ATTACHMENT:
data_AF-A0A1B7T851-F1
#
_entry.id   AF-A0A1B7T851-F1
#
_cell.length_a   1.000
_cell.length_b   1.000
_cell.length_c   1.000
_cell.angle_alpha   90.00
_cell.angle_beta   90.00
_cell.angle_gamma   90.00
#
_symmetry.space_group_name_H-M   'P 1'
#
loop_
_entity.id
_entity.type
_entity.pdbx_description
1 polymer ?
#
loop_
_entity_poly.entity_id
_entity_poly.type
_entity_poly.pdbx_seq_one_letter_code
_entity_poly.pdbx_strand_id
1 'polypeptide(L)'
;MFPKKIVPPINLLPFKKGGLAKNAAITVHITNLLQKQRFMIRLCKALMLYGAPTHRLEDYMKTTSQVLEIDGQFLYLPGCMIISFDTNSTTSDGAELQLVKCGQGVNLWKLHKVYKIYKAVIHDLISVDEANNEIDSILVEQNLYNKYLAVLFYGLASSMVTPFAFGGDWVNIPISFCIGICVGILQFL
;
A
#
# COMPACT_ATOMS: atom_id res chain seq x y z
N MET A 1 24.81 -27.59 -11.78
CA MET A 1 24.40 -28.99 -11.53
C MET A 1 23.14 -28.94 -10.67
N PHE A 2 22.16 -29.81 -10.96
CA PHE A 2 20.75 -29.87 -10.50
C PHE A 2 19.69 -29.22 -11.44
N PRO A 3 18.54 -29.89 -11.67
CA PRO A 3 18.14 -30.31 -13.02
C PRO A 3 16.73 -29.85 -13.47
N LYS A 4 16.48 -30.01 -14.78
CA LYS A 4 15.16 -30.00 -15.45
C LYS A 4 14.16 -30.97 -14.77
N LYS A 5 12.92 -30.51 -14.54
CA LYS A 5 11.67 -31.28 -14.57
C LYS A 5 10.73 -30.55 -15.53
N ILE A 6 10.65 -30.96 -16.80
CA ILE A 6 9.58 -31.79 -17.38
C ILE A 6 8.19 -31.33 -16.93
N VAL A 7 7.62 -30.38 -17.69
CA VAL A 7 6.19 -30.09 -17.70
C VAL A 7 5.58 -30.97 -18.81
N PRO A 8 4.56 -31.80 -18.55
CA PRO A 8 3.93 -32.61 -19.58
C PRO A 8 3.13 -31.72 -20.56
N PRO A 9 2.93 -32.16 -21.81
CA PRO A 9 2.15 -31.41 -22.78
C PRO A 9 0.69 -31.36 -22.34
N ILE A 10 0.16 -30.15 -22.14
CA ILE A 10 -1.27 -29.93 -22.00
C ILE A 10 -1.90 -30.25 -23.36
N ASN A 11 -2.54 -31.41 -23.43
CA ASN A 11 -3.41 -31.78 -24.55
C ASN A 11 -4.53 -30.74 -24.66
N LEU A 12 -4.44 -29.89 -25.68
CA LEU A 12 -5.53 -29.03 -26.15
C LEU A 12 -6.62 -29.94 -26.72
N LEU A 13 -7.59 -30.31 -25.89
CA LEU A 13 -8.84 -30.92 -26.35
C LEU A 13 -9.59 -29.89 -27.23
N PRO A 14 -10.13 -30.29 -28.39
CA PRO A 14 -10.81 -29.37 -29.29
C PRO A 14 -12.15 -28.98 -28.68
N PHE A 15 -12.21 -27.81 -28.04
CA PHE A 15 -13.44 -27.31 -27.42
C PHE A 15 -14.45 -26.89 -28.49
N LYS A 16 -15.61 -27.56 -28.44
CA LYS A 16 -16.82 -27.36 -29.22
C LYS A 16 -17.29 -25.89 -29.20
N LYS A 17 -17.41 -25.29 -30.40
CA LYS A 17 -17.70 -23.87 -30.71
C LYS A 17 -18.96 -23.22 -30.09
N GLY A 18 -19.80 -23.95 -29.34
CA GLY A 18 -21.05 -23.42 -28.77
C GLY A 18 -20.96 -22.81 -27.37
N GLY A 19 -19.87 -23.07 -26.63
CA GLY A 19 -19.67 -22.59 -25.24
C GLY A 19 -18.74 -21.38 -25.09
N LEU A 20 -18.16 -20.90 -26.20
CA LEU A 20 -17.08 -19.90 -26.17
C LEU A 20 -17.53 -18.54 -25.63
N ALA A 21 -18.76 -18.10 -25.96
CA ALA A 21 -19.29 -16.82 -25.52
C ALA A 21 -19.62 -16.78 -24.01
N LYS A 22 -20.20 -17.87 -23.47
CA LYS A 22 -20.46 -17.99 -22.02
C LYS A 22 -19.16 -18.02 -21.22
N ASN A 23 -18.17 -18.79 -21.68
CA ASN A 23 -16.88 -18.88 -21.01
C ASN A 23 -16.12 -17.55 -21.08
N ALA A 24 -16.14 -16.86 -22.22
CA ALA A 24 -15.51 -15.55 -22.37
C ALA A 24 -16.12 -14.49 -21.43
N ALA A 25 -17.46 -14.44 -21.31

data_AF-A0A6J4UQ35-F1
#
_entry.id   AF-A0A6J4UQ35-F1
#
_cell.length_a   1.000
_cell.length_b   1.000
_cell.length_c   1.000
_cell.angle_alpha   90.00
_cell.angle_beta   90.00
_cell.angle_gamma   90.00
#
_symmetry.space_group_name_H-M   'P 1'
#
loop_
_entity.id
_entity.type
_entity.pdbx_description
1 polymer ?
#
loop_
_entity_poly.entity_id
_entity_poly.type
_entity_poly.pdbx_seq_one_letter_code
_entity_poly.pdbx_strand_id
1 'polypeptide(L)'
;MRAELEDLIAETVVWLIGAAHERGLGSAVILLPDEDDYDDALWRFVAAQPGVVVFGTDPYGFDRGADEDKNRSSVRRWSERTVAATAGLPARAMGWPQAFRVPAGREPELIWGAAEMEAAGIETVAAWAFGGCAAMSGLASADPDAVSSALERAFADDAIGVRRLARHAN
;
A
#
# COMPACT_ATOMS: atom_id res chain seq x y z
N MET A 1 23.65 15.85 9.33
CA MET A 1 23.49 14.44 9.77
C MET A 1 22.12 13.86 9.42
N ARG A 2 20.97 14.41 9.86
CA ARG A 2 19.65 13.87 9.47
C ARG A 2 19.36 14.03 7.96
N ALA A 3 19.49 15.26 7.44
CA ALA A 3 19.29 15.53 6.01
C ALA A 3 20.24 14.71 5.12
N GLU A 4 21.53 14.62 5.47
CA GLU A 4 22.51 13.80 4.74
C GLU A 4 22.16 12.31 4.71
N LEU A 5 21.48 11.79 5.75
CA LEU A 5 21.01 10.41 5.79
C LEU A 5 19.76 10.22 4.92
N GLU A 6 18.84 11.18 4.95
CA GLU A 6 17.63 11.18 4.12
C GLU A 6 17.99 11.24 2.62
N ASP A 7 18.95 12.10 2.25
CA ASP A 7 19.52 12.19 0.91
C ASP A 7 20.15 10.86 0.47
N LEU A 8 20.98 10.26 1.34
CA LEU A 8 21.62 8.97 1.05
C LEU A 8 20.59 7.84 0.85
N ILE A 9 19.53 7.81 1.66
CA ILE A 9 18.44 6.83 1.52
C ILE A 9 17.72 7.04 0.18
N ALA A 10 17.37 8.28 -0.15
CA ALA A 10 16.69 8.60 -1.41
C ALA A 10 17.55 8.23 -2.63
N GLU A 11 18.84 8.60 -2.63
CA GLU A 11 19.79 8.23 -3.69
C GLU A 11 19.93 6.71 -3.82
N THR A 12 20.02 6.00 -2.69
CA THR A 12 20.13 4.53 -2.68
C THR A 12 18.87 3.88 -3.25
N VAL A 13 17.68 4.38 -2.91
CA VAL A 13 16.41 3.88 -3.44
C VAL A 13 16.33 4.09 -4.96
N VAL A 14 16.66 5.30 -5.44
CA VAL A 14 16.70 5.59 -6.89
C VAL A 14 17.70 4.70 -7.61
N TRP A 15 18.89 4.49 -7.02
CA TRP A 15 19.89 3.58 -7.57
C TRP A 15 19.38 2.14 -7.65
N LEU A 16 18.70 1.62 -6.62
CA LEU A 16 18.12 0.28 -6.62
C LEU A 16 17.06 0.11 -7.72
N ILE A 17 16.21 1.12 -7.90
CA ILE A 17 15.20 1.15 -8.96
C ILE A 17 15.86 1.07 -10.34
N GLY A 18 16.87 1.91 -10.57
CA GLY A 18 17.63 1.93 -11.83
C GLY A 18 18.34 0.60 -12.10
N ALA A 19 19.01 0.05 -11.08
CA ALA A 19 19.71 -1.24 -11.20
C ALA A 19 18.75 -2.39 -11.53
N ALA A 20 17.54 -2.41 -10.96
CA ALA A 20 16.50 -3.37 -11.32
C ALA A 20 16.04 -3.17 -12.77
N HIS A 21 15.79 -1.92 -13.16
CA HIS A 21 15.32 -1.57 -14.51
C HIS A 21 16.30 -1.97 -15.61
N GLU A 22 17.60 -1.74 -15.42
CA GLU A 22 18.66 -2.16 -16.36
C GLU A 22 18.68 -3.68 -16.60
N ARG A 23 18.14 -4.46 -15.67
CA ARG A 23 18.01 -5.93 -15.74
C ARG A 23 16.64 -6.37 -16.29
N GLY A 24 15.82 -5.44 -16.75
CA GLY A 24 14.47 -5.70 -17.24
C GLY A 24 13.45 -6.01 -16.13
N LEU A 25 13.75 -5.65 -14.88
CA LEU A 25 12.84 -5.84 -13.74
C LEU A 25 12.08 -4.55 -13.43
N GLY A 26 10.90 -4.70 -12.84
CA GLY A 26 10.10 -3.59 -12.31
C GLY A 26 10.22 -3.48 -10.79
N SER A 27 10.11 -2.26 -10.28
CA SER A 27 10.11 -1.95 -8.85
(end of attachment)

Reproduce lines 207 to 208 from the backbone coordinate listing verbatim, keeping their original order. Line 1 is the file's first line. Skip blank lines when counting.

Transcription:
CA LEU A 25 12.84 -5.84 -13.74
C LEU A 25 12.08 -4.55 -13.43